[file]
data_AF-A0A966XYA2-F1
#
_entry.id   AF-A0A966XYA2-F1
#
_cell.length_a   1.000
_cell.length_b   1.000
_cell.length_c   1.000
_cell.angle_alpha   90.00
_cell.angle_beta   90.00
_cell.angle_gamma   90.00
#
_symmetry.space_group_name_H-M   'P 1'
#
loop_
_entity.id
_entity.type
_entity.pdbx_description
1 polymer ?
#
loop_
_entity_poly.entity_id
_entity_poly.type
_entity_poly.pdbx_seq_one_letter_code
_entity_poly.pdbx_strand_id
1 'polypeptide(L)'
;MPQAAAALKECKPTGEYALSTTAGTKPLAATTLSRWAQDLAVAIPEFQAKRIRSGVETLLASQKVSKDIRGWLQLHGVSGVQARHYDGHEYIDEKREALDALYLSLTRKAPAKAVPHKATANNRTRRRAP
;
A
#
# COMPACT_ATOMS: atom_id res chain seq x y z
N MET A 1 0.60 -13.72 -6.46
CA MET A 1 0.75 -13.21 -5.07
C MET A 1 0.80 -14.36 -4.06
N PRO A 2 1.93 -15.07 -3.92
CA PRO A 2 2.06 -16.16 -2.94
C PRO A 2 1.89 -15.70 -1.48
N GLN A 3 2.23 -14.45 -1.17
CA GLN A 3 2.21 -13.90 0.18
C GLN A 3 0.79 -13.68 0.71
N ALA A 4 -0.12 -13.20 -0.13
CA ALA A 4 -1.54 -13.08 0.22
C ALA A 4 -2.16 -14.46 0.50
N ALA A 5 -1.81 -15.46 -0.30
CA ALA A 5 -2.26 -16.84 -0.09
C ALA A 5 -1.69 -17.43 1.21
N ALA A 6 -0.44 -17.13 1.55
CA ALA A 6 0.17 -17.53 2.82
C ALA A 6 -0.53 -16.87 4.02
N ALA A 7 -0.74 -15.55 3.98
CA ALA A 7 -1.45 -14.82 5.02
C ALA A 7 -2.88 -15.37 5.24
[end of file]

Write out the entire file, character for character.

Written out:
data_AF-A0A966XYA2-F1
#
_entry.id   AF-A0A966XYA2-F1
#
_cell.length_a   1.000
_cell.length_b   1.000
_cell.length_c   1.000
_cell.angle_alpha   90.00
_cell.angle_beta   90.00
_cell.angle_gamma   90.00
#
_symmetry.space_group_name_H-M   'P 1'
#
loop_
_entity.id
_entity.type
_entity.pdbx_description
1 polymer ?
#
loop_
_entity_poly.entity_id
_entity_poly.type
_entity_poly.pdbx_seq_one_letter_code
_entity_poly.pdbx_strand_id
1 'polypeptide(L)'
;MPQAAAALKECKPTGEYALSTTAGTKPLAATTLSRWAQDLAVAIPEFQAKRIRSGVETLLASQKVSKDIRGWLQLHGVSGVQARHYDGHEYIDEKREALDALYLSLTRKAPAKAVPHKATANNRTRRRAP
;
A
#
# COMPACT_ATOMS: atom_id res chain seq x y z
N MET A 1 0.60 -13.72 -6.46
CA MET A 1 0.75 -13.21 -5.07
C MET A 1 0.80 -14.36 -4.06
N PRO A 2 1.93 -15.07 -3.92
CA PRO A 2 2.06 -16.16 -2.94
C PRO A 2 1.89 -15.70 -1.48
N GLN A 3 2.23 -14.45 -1.17
CA GLN A 3 2.21 -13.90 0.18
C GLN A 3 0.79 -13.68 0.71
N ALA A 4 -0.12 -13.20 -0.13
CA ALA A 4 -1.54 -13.08 0.22
C ALA A 4 -2.16 -14.46 0.50
N ALA A 5 -1.81 -15.46 -0.30
CA ALA A 5 -2.26 -16.84 -0.09
C ALA A 5 -1.69 -17.43 1.21
N ALA A 6 -0.44 -17.13 1.55
CA ALA A 6 0.17 -17.53 2.82
C ALA A 6 -0.53 -16.87 4.02
N ALA A 7 -0.74 -15.55 3.98
CA ALA A 7 -1.45 -14.82 5.02
C ALA A 7 -2.88 -15.37 5.24